THE BLOG
08/09/2012 05:42 pm ET Updated May 23, 2013

Free or Low-cost Medical Care Is Available Right Now if You Need It

Finding affordable health care is a challenge for many people, with and without insurance. People often go without necessary preventative or regular care and medical problems fester and become much worse. "Much worse" can be translated into "much more expensive." Or people use the emergency room as their primary care treatment option, only to wind up with big bills they can't afford. So what are people to do?

I spent a number of years in the medical field. I even ran medical practices. But even I was unaware until recently about one really good option for people struggling to find more affordable medical care -- the federally funded community health center program.

Community health centers provide a range of health services for those in need. Fees are based on a sliding scale based on income and ability to pay. Health centers are located in all 50 states and provide access for all.

Services provided include:

  • Checkups when you're well
  • Treatment when you're sick
  • Complete care when you're pregnant
  • Immunizations and checkups for your children
  • Dental care and prescription drugs for your family
  • Mental health and substance abuse care if you need it

Community health centers receive federal funding to help offset some of the cost of services provided. And more money for these centers has recently been made available under Obamacare (Affordable Care Act).

People of all ages utilize the centers with nearly half of the patients between 25 to 64.

In 2011, the health center program:

Served 20.2 million patients:
  • 93 percent below 200 percent poverty
  • 72 percent below 100 percent poverty
  • 36 percent uninsured
  • 1,087,431 homeless individuals
  • 862,808 farmworkers
  • 187,992 residents of public housing

Provided 80 million patient visits in 1,128 organizations across more than 8,500 service sites.

Employed more than 138,000 staff including:
  • 9,900 physicians
  • 6,900 nurse practitioners, physicians assistants and certified nurse midwives

As am example of the low fees that are charged, check out the fee charts from a couple of community health centers.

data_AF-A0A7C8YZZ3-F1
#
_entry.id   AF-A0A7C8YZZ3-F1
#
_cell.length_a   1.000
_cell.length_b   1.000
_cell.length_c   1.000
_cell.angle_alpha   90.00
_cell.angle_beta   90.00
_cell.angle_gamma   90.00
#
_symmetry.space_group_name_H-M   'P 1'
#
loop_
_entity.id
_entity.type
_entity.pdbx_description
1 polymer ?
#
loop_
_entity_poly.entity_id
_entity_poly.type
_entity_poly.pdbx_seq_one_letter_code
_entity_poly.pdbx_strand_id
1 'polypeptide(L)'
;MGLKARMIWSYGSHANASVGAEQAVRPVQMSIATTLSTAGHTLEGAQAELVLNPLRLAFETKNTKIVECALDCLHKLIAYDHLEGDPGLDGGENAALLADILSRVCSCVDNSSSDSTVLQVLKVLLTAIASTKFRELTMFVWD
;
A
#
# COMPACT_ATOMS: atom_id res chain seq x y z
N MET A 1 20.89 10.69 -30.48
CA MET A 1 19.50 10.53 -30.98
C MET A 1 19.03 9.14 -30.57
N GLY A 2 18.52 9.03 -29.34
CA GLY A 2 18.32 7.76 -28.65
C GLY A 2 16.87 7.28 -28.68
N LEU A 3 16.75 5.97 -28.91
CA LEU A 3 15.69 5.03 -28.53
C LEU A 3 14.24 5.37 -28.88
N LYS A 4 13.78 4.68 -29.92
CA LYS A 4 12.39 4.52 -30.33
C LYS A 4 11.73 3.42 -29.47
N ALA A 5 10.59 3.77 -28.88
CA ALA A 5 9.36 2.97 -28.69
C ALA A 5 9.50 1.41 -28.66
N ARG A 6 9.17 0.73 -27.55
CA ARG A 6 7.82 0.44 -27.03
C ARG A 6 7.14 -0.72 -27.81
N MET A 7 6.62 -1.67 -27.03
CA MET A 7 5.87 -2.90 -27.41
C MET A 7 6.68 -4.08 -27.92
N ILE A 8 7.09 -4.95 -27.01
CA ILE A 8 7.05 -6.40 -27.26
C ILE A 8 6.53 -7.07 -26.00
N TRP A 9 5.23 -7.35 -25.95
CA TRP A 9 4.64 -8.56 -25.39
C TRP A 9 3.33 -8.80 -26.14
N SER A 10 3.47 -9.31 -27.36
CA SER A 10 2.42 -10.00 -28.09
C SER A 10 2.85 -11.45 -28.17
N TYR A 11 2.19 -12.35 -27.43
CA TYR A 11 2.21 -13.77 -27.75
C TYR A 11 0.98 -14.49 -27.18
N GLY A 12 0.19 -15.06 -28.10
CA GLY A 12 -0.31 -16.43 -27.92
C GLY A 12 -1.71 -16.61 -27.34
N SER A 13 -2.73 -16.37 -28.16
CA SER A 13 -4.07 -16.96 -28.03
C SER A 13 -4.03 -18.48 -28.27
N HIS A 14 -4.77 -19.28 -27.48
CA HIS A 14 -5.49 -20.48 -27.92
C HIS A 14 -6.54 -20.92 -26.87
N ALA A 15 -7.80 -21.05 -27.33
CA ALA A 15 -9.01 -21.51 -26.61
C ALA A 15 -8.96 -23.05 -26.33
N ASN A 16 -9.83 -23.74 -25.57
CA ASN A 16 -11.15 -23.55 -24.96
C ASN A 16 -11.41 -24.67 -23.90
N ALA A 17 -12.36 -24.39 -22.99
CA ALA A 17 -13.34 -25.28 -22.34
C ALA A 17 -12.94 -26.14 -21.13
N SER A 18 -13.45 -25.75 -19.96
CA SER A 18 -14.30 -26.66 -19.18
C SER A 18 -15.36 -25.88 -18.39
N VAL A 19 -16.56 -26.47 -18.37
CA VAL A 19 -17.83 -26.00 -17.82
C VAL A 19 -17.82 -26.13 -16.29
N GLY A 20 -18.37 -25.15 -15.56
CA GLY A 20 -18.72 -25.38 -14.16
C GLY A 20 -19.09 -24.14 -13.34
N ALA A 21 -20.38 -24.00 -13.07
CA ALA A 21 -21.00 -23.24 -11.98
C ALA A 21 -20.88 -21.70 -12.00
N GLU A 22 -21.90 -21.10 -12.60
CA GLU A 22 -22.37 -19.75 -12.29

As you can see, for those with low income, with or without health insurance, the cost of a visit is much more affordable than you would otherwise expect. For example, a visit to a local primary care physician on Main Street for a routine office visit can sometime approach or top $300. I know people who avoid going to the doctor because they can't afford regular care. From now on I'm going to suggest the community health center program as a place for them to go.

Each community health center has its own process to be qualified for low-cost treatment. It typically involves completing a one-page form to provide income information. Overall, it is a simple process.

Fees are based on poverty guidelines. The most recent data on poverty measurement can be found here.

Generally you would be asked to bring with you the following information to help qualify for free or low-cost medical care: Picture ID (government issued driver's license, ID card or passport), Proof of Address or local residency (utility or telephone bill, bank statement), last year's tax return or W-2s, paystubs for the most recent month, bank statement reflecting electronic deposit of Social Security, income or child support or letter of determination from Social Services, and an employer earning statement, signed and on company letterhead. Again, each center will have their own requirements, but it will be similar to this information.

As you can see from the sample form below, it's not a scary process to become qualified for low-cost or even free services.

Some of the medical care centers are even located at local schools. Recently, $75 million in new investments was made available for school health centers as a result of the Affordable Care Act.

School-based health centers enable children to attend school as well as help to improve the overall health. By making the connection to health care easy, school-based health centers ensure that children have access to the services they need to lead healthy lives.

My local community health center. Not scary.

I would imagine that the biggest hurdle community health center's have to overcome is one of public perception. But if you need affordable and low-cost health care, I would suggest you give them a chance to help before you judge them. Try out your local center (my local center is shown above). Give them a chance to show you what they can do for you.

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